Lift-type wind turbines are known to have blade velocities much higher than that of the free-stream wind speed. They therefore have tip speed ratios in excess of one, and often in the range of four to six. This is because blade speed is not directly dependent on a wind velocity component, but rather on a lift force component. Generally, the higher the tip speed ratio the more efficient the operation of the wind machine to produce power. The very high rotational speeds of lift-type wind machines adapt them for use with accessories that require high speeds, such as generators. The high rotational speeds also provide for a higher degree of efficiency and greater power production.

Generally, lift-type machine efficiencies are found in a range of 35 to 45%. Tip speed ratios may range from less than 1, as is common for the typical farm-type windmill, to between 4 and 6, as is common for vertical axis-type wind turbines as invented by G. J. M. Darrieus and described in U.S. Pat. No. 1,835,018.

The tip speed ratio is a critcal parameter of the lift-type machine, especially the Darrieus type wind turbines. Because a value curve of efficiency versus tip speed ratio for this type machine is highly peaked, a small change in the wind speed can result in a large change in efficiency, and a resultant loss of available power. This effect can be so severe as to cause the rotor to stop turning altogether. This so-called stall of the wind turbine may result from changes in the tip speed ratio due to wind gusts, i.e. an increase in wind velocity, as well as changes in the tip speed ratio from wind stagnation. Surmounting this characteristic normally requires a control system to vary the load placed on the turbine, or to vary the blade pitch angles more directly toward their relative wind flow, to prevent the machine from completely stopping.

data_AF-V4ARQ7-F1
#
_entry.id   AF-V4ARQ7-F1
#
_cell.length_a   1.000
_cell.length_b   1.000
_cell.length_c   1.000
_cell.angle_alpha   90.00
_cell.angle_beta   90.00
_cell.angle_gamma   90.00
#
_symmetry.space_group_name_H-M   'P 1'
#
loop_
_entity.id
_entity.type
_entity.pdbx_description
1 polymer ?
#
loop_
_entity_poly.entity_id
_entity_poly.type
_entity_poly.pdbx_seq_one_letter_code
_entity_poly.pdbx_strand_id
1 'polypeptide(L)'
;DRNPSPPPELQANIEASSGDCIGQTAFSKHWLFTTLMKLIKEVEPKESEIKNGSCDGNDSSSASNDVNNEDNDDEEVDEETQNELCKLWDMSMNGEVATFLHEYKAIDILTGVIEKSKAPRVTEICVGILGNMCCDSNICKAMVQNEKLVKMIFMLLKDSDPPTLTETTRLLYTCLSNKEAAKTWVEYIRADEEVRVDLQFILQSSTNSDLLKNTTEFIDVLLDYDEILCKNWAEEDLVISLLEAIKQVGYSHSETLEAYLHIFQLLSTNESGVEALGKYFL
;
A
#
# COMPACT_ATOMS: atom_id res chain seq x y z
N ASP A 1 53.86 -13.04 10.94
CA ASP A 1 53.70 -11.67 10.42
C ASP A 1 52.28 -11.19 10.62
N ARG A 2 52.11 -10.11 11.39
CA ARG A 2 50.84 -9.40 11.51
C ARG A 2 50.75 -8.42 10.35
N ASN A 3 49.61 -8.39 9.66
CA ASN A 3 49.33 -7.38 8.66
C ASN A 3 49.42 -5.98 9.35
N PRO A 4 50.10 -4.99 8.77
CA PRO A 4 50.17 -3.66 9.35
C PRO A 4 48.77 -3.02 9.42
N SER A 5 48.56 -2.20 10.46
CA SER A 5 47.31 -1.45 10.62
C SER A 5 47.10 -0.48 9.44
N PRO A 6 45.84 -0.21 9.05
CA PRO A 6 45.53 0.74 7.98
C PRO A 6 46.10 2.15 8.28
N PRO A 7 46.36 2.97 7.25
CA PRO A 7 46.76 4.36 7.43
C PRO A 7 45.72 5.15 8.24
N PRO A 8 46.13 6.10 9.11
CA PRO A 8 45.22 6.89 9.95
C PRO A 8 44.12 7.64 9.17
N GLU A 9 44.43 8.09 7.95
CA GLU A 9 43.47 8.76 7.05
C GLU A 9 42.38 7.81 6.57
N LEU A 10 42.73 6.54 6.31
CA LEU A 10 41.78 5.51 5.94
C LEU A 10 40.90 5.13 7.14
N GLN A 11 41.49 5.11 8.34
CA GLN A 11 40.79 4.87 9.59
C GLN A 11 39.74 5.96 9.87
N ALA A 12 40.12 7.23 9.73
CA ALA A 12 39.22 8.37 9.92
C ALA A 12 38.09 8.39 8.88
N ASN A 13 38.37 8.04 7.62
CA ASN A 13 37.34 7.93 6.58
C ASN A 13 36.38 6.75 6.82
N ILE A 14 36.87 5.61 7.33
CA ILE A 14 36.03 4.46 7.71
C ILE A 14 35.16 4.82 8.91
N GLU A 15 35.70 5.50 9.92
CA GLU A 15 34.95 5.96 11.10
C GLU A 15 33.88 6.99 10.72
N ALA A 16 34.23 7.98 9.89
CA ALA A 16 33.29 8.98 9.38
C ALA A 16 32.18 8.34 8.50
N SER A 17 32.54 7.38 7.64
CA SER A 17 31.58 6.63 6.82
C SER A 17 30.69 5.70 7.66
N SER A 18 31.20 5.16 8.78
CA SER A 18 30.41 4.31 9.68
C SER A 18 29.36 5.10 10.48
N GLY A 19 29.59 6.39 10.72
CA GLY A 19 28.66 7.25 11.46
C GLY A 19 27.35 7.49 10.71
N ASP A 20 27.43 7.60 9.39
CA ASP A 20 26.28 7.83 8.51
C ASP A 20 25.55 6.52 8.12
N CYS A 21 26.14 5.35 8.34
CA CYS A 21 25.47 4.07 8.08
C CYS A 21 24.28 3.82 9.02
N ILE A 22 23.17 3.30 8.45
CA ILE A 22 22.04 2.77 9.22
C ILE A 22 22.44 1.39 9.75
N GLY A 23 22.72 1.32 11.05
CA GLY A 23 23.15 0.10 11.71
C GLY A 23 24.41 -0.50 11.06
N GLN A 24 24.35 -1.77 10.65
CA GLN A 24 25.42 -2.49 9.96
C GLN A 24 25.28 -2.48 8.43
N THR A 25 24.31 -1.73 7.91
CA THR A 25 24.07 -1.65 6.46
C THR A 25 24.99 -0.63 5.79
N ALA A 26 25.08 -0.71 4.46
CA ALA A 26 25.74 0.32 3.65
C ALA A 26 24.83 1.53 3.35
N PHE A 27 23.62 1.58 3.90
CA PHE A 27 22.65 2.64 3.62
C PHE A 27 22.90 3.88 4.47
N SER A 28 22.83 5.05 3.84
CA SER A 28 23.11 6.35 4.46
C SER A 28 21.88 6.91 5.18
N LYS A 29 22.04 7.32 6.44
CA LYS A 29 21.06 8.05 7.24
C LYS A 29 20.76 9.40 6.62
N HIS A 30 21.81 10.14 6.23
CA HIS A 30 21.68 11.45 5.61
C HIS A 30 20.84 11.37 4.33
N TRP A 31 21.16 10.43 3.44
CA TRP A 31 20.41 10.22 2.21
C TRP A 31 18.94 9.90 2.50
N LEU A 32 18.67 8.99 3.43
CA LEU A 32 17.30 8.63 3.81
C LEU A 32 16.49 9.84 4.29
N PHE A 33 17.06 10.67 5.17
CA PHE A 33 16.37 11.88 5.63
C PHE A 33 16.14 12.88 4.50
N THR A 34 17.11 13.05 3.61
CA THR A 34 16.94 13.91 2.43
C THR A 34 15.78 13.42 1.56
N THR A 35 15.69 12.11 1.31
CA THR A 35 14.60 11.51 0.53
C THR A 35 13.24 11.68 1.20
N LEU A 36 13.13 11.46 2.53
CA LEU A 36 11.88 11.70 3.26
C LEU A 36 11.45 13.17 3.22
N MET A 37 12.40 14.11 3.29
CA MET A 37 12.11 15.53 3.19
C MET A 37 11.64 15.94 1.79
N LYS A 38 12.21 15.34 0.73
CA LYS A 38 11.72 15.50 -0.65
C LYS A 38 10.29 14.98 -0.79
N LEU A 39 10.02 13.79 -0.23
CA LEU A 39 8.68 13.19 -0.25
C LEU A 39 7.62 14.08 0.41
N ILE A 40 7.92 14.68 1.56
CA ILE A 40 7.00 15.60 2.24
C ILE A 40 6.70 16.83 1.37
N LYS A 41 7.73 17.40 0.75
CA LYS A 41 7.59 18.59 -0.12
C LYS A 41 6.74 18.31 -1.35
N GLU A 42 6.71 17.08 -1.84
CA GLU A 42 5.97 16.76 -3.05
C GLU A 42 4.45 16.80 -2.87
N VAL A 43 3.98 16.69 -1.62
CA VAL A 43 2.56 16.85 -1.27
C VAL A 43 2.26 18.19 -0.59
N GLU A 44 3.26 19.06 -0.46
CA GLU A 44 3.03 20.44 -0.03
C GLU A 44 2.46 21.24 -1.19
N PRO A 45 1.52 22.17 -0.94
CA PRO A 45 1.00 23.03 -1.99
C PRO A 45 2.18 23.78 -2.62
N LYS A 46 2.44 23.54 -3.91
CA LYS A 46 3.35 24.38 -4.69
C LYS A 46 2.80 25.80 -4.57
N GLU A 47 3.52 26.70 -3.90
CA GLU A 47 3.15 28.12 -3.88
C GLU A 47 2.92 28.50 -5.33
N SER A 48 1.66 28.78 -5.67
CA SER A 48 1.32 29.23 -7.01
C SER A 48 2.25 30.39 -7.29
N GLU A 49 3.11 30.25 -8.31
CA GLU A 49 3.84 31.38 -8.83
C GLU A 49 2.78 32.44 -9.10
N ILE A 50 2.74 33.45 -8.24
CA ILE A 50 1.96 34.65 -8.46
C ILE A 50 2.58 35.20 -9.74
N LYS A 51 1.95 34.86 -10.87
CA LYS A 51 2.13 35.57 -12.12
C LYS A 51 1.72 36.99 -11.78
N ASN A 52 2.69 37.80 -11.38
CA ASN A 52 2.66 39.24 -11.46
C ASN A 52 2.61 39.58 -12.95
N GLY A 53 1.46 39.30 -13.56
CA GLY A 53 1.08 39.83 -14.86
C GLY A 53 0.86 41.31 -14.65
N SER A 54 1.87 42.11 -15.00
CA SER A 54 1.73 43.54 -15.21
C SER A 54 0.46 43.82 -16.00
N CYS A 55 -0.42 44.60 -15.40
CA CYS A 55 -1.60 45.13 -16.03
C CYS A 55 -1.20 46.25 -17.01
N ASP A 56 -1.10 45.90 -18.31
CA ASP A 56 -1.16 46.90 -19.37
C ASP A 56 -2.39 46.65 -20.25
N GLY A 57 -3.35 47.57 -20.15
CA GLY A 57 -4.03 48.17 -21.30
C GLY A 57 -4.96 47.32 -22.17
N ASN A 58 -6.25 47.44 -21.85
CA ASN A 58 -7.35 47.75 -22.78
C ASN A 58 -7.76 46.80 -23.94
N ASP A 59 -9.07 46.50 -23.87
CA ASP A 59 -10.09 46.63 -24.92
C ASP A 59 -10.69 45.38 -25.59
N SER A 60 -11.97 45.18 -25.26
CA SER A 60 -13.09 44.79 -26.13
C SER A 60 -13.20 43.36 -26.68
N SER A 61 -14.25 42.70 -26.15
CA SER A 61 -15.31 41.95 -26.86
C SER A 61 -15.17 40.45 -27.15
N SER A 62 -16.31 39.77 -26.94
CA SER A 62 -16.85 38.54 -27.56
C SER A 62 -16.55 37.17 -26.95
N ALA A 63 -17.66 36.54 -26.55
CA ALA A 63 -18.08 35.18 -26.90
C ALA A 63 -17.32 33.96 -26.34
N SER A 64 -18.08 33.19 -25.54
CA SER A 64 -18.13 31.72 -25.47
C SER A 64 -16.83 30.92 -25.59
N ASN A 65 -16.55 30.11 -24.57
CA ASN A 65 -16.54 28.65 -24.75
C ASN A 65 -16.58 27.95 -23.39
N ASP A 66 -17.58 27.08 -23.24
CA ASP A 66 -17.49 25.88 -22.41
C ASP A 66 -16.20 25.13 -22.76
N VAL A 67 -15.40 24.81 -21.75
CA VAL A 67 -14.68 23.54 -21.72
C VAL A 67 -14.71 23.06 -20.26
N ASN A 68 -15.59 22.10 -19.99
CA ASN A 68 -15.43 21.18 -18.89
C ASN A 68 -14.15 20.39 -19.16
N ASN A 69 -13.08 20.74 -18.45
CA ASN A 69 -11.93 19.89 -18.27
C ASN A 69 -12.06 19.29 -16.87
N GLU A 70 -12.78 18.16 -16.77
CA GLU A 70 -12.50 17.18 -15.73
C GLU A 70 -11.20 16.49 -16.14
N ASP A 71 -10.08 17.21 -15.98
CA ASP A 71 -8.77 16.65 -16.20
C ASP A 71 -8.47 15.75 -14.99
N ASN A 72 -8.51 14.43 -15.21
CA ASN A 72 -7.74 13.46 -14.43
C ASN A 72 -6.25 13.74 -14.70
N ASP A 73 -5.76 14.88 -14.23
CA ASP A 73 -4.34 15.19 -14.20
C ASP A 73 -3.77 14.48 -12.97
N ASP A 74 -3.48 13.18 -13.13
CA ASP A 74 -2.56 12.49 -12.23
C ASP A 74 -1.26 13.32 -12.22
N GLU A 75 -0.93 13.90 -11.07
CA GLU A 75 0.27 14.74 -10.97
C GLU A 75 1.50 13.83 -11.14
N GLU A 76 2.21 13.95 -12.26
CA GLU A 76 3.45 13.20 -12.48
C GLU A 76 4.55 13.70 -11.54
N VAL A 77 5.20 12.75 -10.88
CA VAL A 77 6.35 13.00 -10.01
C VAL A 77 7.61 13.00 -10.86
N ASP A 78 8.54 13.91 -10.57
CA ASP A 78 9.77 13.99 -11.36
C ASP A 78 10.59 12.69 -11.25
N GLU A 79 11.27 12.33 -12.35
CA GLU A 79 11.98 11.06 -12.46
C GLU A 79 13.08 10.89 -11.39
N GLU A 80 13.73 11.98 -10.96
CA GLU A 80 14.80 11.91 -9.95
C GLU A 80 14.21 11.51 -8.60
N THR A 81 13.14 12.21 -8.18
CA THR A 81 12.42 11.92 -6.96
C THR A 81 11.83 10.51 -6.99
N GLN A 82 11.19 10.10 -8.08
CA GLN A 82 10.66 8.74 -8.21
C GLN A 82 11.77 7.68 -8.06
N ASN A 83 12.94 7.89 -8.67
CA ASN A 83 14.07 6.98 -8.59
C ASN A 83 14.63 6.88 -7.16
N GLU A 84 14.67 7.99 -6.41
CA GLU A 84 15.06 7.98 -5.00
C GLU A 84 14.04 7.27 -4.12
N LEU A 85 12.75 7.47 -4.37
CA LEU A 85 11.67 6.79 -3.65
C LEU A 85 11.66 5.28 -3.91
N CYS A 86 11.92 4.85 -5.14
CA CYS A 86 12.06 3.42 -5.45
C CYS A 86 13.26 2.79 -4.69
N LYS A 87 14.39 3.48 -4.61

Additionally, because of their narrow range of efficient operation, some common lift-type wind machine designs will not self-start, requiring a power input to the driven shaft to initiate rotation and bring the speed of the turbine up to a tip speed ratio of self-sufficient operation. This inability to begin rotation and accelerate to an efficient rotational speed is severe with the Darrieus lift-type (crosswind axis) wind turbine. It has given rise to auxiliary methods for self-starting which include the addition of external power sources apart from wind energy and the addition of drag-type blade forms mounted with the lift-type blades to the rotor structure to initiate rotation, as is described in the Bolie U.S. Pat. No. 4,204,805.

An increasingly common method of self-starting a Darrieus type wind turbine is the use of variable pitch blades on the rotor which are articulated to change their pitch angle with reference to the relative wind current as they travel around their carousel-shaped path. Blade articulation increases the total efficiency of the wind turbine by providing maximized lift force on the blades for a greater period throughout their orbital cycle. The blades are typically hinged on their longitudinal axis parallel to the axis of the driven rotating shaft so that they may be pivoted.